“A board member is certainly the bridge to the community, and I think at times we need to be prepared to ask the tough questions of our administration and make very hard decisions even when they are not popular,” Abbott said. “And lastly, we need to be good stewards of your tax dollars.”
Backer said that contrary to belief, the school board is not the boss of a school and, therefore, cannot micromanage administrators.
“School boards clarify district purpose, connect with the community through transparency and communication, employ a superintendent, delegate authority and monitor district performance,” Backer said.
Cuno’s response reflected what she’s learned through the Missouri School Board Association’s board training, which includes give direction to administration, watch over the budget, promote “effective governance” to ensure student achievement and work to create a positive relationship between the school and community.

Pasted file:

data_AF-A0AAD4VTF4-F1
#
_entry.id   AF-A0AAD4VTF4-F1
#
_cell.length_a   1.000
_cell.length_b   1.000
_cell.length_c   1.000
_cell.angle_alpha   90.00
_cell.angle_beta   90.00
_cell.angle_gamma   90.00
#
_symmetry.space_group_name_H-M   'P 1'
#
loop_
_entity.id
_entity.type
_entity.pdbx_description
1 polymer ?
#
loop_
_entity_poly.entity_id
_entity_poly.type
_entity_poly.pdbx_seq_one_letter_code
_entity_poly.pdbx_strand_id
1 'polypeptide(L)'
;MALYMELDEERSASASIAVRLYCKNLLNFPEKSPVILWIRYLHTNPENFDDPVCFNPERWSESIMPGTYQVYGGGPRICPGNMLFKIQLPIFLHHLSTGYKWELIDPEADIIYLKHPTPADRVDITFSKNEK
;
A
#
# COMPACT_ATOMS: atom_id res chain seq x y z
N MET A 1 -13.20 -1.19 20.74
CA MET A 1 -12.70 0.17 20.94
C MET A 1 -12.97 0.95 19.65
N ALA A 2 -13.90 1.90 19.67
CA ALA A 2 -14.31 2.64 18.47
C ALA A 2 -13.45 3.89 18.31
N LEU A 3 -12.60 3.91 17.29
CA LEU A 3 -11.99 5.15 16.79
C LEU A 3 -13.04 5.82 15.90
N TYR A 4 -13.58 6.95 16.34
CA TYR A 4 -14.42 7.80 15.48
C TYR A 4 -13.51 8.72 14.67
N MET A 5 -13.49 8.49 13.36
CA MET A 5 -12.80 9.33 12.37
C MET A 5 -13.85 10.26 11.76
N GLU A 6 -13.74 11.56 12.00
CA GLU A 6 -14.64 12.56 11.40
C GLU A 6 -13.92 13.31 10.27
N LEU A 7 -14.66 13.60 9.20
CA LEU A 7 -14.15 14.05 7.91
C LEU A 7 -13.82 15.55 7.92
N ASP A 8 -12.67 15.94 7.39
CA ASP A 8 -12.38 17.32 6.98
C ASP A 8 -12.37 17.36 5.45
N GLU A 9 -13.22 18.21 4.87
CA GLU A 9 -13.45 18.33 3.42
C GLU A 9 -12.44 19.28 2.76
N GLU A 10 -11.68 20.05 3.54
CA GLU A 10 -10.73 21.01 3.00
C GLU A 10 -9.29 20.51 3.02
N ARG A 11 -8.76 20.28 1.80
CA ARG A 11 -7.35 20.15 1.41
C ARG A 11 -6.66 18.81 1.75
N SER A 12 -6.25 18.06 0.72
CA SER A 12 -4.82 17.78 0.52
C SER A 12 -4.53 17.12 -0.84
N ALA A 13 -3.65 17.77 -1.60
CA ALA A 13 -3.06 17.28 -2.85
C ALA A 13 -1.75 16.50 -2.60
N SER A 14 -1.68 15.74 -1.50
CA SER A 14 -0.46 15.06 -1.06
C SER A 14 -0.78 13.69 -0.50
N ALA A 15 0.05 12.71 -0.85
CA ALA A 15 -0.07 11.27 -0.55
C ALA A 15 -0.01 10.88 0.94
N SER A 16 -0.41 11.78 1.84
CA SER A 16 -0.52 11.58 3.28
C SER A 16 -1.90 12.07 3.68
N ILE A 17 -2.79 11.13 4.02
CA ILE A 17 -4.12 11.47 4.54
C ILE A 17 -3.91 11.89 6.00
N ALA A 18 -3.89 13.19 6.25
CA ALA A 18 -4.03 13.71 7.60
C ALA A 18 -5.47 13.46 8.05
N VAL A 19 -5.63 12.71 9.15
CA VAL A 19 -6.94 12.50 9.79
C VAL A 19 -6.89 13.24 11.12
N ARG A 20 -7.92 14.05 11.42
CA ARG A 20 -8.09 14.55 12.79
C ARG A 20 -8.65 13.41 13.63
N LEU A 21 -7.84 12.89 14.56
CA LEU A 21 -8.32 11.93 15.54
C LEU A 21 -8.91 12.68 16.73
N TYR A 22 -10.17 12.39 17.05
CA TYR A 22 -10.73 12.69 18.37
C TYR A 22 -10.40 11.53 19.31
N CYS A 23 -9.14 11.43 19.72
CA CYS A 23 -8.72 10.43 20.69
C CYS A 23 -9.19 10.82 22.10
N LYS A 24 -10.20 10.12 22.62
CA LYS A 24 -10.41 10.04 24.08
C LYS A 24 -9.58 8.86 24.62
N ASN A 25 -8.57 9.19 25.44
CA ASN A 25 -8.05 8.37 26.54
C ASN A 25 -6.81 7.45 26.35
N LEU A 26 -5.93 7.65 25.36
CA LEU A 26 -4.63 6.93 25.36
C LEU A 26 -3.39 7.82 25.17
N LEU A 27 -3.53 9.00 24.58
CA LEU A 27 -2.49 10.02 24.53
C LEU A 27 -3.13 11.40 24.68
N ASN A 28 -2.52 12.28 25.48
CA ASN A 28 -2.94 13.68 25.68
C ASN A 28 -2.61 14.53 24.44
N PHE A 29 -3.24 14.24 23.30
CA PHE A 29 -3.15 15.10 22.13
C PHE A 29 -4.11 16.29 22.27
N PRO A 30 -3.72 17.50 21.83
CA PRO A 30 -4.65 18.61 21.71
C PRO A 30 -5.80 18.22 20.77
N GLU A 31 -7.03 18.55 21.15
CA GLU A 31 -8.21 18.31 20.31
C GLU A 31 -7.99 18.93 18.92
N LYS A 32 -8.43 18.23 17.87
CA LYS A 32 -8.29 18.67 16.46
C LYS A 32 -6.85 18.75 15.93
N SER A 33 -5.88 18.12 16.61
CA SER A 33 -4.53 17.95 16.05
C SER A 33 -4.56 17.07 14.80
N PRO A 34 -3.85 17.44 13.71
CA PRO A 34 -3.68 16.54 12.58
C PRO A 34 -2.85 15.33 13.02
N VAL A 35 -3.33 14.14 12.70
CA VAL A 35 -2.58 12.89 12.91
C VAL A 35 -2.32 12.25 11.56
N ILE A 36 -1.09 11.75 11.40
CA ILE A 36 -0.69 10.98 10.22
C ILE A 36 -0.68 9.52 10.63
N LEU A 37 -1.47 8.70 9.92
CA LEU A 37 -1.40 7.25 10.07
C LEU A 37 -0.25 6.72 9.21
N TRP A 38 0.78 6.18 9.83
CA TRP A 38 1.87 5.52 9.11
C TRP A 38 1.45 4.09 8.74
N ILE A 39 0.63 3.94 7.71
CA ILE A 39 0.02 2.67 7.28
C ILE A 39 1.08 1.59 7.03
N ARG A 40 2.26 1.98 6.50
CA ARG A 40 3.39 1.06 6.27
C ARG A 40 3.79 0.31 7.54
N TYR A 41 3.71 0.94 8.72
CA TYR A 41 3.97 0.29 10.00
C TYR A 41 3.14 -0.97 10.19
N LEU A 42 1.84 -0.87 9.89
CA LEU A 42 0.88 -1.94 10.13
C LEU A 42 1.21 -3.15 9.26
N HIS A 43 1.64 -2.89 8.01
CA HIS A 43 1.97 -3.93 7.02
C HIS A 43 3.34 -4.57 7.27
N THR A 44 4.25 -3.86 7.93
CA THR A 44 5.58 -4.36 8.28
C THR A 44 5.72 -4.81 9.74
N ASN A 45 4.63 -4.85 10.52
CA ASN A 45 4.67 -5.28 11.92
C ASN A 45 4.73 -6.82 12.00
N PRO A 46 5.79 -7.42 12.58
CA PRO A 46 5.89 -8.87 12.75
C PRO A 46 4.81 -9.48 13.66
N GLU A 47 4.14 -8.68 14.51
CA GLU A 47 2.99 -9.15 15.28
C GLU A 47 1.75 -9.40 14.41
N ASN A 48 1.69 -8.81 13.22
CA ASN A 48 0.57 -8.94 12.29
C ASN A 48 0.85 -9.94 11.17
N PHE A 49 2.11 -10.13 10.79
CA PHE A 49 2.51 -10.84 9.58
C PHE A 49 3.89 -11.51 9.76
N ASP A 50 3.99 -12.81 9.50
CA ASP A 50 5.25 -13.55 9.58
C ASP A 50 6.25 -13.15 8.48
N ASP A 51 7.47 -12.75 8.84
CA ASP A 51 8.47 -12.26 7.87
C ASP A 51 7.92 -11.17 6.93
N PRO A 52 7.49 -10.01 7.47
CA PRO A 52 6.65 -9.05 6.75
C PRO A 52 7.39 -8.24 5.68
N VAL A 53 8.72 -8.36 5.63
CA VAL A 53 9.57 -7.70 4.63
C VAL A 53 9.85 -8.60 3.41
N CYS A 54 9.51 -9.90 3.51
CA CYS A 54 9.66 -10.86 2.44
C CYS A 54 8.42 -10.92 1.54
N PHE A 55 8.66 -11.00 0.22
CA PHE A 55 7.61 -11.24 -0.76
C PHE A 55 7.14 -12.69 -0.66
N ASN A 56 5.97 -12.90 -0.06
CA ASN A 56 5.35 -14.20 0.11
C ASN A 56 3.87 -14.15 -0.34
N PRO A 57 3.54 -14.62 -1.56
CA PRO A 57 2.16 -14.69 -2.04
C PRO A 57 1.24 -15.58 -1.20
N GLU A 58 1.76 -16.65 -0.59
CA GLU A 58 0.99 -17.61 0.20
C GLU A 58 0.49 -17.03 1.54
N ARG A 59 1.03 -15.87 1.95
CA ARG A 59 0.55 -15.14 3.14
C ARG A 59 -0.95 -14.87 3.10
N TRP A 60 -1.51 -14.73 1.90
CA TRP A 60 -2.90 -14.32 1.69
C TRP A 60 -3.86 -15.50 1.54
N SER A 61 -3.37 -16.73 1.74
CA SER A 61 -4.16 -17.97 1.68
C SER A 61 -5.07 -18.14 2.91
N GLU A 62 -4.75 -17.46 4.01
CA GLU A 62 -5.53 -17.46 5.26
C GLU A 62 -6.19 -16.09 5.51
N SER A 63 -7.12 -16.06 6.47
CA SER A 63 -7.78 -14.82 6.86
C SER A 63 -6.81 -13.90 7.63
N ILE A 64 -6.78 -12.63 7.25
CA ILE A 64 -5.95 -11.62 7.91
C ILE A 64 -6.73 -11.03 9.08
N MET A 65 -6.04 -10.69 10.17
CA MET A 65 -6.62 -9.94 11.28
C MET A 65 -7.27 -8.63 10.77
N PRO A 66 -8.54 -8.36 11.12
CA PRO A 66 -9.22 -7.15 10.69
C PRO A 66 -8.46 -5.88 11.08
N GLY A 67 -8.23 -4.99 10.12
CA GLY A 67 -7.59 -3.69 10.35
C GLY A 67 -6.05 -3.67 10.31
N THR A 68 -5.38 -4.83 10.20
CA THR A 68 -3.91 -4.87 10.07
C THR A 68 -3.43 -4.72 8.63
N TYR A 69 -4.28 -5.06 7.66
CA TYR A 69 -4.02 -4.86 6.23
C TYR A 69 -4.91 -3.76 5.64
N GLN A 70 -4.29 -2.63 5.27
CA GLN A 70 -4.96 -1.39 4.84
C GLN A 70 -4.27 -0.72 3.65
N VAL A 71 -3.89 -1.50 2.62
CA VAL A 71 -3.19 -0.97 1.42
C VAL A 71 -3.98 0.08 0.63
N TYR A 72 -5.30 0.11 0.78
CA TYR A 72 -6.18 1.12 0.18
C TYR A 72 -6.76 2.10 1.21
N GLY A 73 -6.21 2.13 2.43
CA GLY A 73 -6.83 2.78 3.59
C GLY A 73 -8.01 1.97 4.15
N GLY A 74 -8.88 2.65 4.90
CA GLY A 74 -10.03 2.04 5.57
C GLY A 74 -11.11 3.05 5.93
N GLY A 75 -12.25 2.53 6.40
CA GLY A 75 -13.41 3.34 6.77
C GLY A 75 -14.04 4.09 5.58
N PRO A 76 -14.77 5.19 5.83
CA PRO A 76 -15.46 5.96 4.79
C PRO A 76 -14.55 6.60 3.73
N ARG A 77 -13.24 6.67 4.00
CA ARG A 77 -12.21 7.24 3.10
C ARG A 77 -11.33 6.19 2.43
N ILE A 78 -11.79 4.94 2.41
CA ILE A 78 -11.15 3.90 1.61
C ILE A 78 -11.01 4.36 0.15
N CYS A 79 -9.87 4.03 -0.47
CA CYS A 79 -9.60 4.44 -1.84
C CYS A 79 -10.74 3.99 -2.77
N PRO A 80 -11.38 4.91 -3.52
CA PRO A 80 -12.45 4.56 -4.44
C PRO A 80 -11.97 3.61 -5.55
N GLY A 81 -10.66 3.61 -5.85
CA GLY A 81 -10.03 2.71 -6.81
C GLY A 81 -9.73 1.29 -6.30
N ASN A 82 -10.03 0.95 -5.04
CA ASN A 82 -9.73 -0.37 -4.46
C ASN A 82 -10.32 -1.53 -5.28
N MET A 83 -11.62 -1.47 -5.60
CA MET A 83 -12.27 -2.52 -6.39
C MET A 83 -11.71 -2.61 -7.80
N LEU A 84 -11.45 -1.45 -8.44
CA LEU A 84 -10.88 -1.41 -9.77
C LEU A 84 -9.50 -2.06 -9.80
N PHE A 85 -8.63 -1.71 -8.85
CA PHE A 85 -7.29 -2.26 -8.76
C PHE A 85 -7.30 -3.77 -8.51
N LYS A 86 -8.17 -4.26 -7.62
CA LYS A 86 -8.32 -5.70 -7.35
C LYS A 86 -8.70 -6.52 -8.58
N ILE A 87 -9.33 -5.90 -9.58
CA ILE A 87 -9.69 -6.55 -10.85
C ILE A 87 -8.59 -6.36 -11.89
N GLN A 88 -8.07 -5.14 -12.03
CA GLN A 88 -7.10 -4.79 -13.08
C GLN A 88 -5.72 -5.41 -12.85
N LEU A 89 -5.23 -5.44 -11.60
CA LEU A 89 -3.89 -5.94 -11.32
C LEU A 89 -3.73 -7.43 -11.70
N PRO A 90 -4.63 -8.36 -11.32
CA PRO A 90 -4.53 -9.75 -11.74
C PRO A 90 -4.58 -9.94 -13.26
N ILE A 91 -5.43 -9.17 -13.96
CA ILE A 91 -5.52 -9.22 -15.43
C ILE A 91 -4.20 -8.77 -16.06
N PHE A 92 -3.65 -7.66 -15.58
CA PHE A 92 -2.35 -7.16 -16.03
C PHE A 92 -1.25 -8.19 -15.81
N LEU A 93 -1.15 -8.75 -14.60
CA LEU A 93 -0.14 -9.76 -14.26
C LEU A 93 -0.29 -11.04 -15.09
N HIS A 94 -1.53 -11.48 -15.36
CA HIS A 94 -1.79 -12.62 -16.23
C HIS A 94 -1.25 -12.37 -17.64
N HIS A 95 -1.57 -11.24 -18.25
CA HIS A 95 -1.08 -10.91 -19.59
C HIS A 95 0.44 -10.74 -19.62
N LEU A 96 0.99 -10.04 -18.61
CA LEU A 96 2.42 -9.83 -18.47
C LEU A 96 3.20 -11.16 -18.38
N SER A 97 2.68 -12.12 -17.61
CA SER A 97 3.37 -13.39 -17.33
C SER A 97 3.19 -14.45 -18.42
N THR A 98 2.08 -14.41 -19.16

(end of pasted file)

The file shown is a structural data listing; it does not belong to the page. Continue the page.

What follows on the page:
Improving financial decisions, hearing input from the community and working as a team are all roles of a school board, Haas said.
What is your vision for education in our community?
For his vision, Abbott said he wants students to be “100 percent prepared” for college and/or the workforce.
“My vision is also to continue to work to bring our community into school and our school to the community,” Abbott said.
Community engagement is key for the success of New Bloomfield Schools, Backer agreed, and that a better school system can promote community growth.
“As a result, parents, people without kids in school, retirees, widows, widowers, grandparents, guardians, aunts, uncles, friends, new people, life-long residents, business owners, church congregations and organizations will become interested in our school and will take ownership of what we have and what we need,” Backer said. “Unless we are part of something, we have little interest.”
Cuno’s vision includes preparing students for their futures by utilizing technology and a “wide variety of classes,” as well as making sure students of various levels graduate and are “academically challenged to the best of their ability.” She added that she wants students to be “life-long learners.”